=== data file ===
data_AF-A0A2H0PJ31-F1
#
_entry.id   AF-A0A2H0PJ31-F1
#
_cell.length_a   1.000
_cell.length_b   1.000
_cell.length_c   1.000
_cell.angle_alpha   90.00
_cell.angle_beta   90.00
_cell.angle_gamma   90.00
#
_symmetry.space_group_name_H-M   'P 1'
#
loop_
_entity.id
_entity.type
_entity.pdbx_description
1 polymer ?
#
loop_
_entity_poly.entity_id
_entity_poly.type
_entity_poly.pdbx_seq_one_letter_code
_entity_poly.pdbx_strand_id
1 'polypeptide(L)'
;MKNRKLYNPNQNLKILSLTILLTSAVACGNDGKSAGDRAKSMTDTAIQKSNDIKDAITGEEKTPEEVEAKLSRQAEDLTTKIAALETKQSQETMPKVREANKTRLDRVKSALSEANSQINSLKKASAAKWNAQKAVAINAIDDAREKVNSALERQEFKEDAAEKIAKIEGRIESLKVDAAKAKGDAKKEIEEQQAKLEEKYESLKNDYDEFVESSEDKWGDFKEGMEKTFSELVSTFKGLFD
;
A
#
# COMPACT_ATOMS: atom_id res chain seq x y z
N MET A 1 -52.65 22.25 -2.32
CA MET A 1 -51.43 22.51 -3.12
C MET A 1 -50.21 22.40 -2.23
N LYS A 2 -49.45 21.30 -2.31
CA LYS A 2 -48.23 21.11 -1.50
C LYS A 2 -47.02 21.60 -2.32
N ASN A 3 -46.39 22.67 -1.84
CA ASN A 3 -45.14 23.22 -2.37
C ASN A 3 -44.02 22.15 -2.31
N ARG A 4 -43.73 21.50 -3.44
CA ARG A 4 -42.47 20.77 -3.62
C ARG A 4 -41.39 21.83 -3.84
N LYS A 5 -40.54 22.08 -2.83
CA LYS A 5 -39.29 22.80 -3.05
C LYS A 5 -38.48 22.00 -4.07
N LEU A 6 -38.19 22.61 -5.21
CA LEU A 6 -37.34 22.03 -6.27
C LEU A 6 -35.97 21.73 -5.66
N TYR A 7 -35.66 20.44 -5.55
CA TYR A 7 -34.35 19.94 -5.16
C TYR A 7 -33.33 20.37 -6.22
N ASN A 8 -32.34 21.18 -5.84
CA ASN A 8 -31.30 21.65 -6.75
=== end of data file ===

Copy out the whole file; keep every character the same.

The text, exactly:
data_AF-A0A2H0PJ31-F1
#
_entry.id   AF-A0A2H0PJ31-F1
#
_cell.length_a   1.000
_cell.length_b   1.000
_cell.length_c   1.000
_cell.angle_alpha   90.00
_cell.angle_beta   90.00
_cell.angle_gamma   90.00
#
_symmetry.space_group_name_H-M   'P 1'
#
loop_
_entity.id
_entity.type
_entity.pdbx_description
1 polymer ?
#
loop_
_entity_poly.entity_id
_entity_poly.type
_entity_poly.pdbx_seq_one_letter_code
_entity_poly.pdbx_strand_id
1 'polypeptide(L)'
;MKNRKLYNPNQNLKILSLTILLTSAVACGNDGKSAGDRAKSMTDTAIQKSNDIKDAITGEEKTPEEVEAKLSRQAEDLTTKIAALETKQSQETMPKVREANKTRLDRVKSALSEANSQINSLKKASAAKWNAQKAVAINAIDDAREKVNSALERQEFKEDAAEKIAKIEGRIESLKVDAAKAKGDAKKEIEEQQAKLEEKYESLKNDYDEFVESSEDKWGDFKEGMEKTFSELVSTFKGLFD
;
A
#
# COMPACT_ATOMS: atom_id res chain seq x y z
N MET A 1 -52.65 22.25 -2.32
CA MET A 1 -51.43 22.51 -3.12
C MET A 1 -50.21 22.40 -2.23
N LYS A 2 -49.45 21.30 -2.31
CA LYS A 2 -48.23 21.11 -1.50
C LYS A 2 -47.02 21.60 -2.32
N ASN A 3 -46.39 22.67 -1.84
CA ASN A 3 -45.14 23.22 -2.37
C ASN A 3 -44.02 22.15 -2.31
N ARG A 4 -43.73 21.50 -3.44
CA ARG A 4 -42.47 20.77 -3.62
C ARG A 4 -41.39 21.83 -3.84
N LYS A 5 -40.54 22.08 -2.83
CA LYS A 5 -39.29 22.80 -3.05
C LYS A 5 -38.48 22.00 -4.07
N LEU A 6 -38.19 22.61 -5.21
CA LEU A 6 -37.34 22.03 -6.27
C LEU A 6 -35.97 21.73 -5.66
N TYR A 7 -35.66 20.44 -5.55
CA TYR A 7 -34.35 19.94 -5.16
C TYR A 7 -33.33 20.37 -6.22
N ASN A 8 -32.34 21.18 -5.84
CA ASN A 8 -31.30 21.65 -6.75